It was only on our arrival at Liverpool that the forecast rain descended. Apart from a brief down pour in Dublin Bay in the afternoon it had remained dry.
All in all this probably was my best trip on board the Lady to date in terms of experiencing such an exhilarating ride. This voyage appears top have had a positive effect on me for the whole week. It was thoroughly enjoyable and I felt somewhat privileged to have been the only LADY fan on board.
There was also a great satisfaction to note that her much newer rivals operating between Dublin and Holyhead decided not to venture out in the prevailing conditions. Furthermore it was interesting to note that whilst the Holyhead service were cancelled, all the operators from Liverpool managed to provide a service - Sea Co, Merchant Ferries and P&O. So much for the advantage of the short sea crossing!
I really felt sorry for whoever had to clean the LADY's interior on Sunday morning. Unfortunately, I had to visit the toilets on the final run into Liverpool and they looked like a battle ground of human misery. Spotlessly clean on leaving Dublin they were now a stinking disaster zone. To paraphrase the current BT Yellow Pages TV ad "You really didn't want to see what the passengers have done to the toilets!"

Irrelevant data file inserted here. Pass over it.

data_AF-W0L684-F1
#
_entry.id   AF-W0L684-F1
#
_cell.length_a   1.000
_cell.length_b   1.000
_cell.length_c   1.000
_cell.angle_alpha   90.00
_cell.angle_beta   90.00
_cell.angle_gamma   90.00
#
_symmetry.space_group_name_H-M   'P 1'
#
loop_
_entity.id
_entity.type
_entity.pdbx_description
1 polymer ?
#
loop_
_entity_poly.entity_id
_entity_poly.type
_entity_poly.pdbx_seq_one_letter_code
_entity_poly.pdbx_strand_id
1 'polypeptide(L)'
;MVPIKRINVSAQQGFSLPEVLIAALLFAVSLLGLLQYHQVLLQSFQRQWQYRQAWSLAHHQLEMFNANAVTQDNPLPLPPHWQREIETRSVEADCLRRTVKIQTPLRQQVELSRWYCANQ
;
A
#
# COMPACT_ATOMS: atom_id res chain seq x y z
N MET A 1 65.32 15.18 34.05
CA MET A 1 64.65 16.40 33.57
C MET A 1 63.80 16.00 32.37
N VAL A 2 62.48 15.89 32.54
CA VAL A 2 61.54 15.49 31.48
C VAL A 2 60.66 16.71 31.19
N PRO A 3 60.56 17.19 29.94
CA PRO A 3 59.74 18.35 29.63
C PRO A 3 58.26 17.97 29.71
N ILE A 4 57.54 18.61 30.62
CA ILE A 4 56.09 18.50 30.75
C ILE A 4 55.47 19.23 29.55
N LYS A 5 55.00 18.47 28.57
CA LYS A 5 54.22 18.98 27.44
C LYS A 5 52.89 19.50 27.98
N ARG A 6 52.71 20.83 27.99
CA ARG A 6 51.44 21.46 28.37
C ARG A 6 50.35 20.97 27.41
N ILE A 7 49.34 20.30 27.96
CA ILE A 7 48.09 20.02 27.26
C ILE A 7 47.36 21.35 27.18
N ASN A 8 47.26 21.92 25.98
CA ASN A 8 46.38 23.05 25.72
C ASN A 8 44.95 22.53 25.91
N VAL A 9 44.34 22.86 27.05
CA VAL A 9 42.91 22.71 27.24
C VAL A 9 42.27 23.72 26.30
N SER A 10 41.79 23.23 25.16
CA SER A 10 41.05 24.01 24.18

Though the prospects for our return sailing were a little touch and go at one point it was pleasing to note that we did get away and the LADY up held her reputation as the finest ship in the Sea Container's fleet and the time honoured reputation of the former Isle of Man Steam Packet Company in which their vessels sail in almost any conditions.
Once again the Lady has proved her worth as a back up vessel, it is to be hoped she gets the refit and upgrade to the new SOLAS requirements to enable her to continue to operate well into the next Millennium.